32. Donal O’Brolchain
    Yes.

    The internet should make it feasible that all official acts are on public record.

    A filing by offivials on every item they want kept secret should also be maintained with appeals entertained etc. In respect of the uncertainty regarding the payment to Anglo from ILP, this would mean that in similar circumstances, there would be an authorization published!

    Interesting eh? The market then withdraws the deposits …….. Information is how our system works. A kleptocracy at present, where OPM is very vulnerable. What do you expect when you are too lazy or stupid to manage investments for yourself?

  33. @Oliver Vandt – “The situation of Brian Cowen is untenable.”

    In any other country, I think you would be right but Cowen seems to continue to be in denial and his MO is to deny and deny and deny and deny and ….. If FF had any sense (I’m not suggesting they do) then their best bet at the moment is to make Cowen a scapegoat. That would give them a big boost in the so-called opinion polls (I’m not suggesting the general electorate have any sense either).

  34. @BOH
    The problems were not restricted to any particular generation of Irish folk on the ground either. Each and every age group, and level of society played their own part in Ireland’s downfall.”

    I obviously don’t want to get into an argument here but that’s a big, lazily sweeping statement and I’ve heard it from many commentators – political and media.

    We pay people handsomely to run our system of government, to regulate, to make sure we don’t throw around too many tax breaks, to make sure people – as can be their nature – don’t take the piss. Those people failed to do their job. I believe they played the largest part in Ireland’s downfall and not Johnny the roofer or Maggie the retired home marker who had a hankering for a cheap Chinese plasma tele.

  35. @ gadge

    ‘Since the decision makers had no inkling of the scale of the looming net deficiency in Anglo, this option – with its sizeable risks in an already volatile environment – did not seem worth considering. As such, it is of academic interest only’

    With respect, that line of chat rings hollow. The incestuous nature of our leading groups is well described by the likes of Matt Cooper. The decision maker almost certainly heard directly, or had good reason to infer, that Anglo was a shambles. Although the arguments were no doubt presented in a carefully coded way, that is the most rational explanation as to why the decision was taken. A pre-emptive shifting of the adjustment burden from creditors to the little fish is the done thing. Business, and politics as usual.

  36. There is nothing new with these reports but they are welcome. We all know that FF deserve plenty of blame for the mess but I honestly don’t understand the opposition going after Brian Cowan. FG were calling for a reduction in stamp duty to help first time buyers to buy overpriced property right up to 2008. They were advocating selling state lands so that afforable and social housing could be built. Labour was much the same. It wasn’t just FF who failed. It was entire political, banking and regulatory systems that failed the ordinary taxpayer in this Country so the Government and the opposition should spare us the usual political bulls*it.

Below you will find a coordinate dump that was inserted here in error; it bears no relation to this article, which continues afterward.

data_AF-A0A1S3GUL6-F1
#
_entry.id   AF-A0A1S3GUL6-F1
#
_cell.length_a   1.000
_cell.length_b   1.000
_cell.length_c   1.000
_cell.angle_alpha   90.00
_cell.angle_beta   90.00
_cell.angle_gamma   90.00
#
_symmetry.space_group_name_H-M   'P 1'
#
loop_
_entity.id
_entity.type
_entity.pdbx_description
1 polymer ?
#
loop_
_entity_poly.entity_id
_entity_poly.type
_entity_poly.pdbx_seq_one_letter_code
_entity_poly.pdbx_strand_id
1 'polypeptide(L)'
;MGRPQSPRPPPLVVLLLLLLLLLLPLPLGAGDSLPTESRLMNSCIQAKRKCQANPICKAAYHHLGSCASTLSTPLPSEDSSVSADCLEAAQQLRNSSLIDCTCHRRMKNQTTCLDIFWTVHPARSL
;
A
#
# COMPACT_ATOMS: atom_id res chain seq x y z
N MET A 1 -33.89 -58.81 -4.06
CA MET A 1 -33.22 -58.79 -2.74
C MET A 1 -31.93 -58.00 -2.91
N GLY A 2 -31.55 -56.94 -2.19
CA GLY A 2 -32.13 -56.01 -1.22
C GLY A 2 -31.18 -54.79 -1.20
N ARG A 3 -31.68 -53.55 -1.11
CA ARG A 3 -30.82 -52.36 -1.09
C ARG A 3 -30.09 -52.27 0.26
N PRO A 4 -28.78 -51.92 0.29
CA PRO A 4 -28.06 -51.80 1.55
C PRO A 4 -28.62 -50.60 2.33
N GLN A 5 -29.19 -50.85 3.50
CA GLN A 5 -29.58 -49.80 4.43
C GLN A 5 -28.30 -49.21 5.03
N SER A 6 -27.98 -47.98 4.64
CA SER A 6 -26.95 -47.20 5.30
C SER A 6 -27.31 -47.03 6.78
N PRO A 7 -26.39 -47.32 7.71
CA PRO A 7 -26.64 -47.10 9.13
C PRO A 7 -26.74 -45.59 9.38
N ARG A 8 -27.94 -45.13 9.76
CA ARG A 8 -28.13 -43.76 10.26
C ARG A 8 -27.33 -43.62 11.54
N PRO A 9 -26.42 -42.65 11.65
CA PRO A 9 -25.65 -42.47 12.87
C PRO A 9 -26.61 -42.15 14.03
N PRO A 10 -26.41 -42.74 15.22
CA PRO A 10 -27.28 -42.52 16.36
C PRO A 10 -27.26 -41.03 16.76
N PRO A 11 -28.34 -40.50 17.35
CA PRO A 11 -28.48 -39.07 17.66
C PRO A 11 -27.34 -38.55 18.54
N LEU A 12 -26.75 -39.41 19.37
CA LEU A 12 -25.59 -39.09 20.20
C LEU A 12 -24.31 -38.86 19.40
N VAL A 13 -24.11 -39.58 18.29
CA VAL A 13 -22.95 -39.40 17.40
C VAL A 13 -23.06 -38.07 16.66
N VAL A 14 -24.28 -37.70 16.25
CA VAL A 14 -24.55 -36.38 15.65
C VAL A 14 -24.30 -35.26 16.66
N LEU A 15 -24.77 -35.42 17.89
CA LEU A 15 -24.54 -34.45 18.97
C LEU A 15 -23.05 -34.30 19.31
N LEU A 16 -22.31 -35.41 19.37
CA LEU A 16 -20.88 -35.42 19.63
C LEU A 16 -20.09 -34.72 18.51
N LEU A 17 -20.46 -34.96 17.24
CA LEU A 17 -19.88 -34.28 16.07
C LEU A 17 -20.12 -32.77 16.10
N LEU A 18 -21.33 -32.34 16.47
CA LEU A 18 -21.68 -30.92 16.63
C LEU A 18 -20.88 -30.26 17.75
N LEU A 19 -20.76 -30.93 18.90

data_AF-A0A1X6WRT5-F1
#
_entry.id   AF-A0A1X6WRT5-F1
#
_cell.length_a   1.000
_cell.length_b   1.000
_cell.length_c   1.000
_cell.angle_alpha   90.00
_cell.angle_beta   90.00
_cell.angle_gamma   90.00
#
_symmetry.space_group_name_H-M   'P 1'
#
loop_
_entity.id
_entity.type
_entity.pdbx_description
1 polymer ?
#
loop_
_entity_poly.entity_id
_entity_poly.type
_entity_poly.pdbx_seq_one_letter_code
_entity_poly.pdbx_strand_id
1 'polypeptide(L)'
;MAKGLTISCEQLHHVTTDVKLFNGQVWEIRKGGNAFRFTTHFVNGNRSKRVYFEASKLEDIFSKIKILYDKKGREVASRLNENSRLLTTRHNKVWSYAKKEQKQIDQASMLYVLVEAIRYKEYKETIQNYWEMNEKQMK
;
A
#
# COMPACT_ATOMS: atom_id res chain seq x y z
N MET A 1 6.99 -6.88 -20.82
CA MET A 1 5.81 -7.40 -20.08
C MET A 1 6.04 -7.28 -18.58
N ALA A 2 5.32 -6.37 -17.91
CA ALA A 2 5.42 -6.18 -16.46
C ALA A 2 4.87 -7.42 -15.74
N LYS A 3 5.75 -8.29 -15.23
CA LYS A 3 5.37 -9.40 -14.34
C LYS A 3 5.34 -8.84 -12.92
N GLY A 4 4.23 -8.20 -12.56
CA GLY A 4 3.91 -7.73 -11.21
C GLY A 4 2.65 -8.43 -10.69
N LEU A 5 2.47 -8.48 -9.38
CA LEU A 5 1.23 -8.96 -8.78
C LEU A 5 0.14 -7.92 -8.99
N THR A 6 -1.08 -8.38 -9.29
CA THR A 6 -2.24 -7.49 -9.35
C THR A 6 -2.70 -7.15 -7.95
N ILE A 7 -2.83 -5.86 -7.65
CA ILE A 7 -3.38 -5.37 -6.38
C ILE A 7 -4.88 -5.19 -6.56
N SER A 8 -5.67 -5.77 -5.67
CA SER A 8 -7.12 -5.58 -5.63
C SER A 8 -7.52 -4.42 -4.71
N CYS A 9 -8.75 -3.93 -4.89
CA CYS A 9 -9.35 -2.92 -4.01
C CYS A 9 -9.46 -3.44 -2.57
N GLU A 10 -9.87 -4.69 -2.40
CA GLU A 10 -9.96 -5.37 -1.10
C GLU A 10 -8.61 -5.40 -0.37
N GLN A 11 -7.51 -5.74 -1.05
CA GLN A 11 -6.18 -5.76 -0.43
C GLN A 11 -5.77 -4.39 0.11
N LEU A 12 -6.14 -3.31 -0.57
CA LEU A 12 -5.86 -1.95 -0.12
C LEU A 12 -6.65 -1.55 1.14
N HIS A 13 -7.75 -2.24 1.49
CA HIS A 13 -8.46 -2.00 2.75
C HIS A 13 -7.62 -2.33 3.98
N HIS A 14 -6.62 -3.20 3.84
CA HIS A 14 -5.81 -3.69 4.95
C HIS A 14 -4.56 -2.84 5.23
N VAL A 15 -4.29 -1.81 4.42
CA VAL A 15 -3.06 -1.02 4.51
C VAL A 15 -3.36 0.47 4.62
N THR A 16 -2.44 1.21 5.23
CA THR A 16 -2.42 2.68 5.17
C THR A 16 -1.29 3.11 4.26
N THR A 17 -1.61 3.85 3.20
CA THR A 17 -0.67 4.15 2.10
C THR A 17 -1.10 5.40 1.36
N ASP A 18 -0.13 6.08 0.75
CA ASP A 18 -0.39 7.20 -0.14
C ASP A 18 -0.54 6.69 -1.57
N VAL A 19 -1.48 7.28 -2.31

37. No insider shouted stop.

    Last week in response to the oil leak in the Gulf of Mexico, Tony Hayward, BP’s chief executive, admitted it had to find entirely new ways of handling “low-probability, high-impact” risks.

    Most times, it pays to be a coward and go with the flow.

    In Ireland with a culture of limited accountability in governance, a small establishment of insiders given preference on public appointments and procurement, conflict of interest seldom an issue, pervasive cronyism and corruption, the risks of standing apart from the pack were greater than in some other countries.

    Where else would lawyers inquiring into petty corruption, become multimillionaires in the process?

    It surely begs the question as to what is corruption?

    http://www.finfacts.ie/irishfinancenews/article_1019879.shtml

  38. I haven’t go through the report. However, it appears to me that it gets into the nitty gritty of how the Guarantee was arrived at which is important. It also explains how errors were made over a long period.

    The Government has to acknowledge its errors and I believe it has done so previously.

    (Based on my own use of ctrl+F) The Government will be relieved to see that the errors were shared by the Civil Service and by the opposition. They will also be glad to see that the conspiracy theories have been dismissed and the more prosaic truth has been set out.


    One additional element deserving of consideration is the suggestion by some commentators that the fact that some banking personages were politically well connected might have been a key factor in discouraging aggressive supervisory intervention. None of the persons interviewed during the investigation agreed with this proposition, with several noting (rightly) that it was quite predictable that senior banking figures would have political contacts. While it is easy to imagine that senior management or CBFSAI Board or Authority Members might have instinctively and almost unconsciously shied away from aggressive action to restrain politically connected bankers and developers during a runaway property boom, no evidence has been presented suggesting that this was the case. Furthermore, although the climate of regulatory deference might have been unconsciously reinforced by social interaction – modest though it might have been – organised by regulated institutions, there is no evidence or hint of corrupt regulatory forbearance.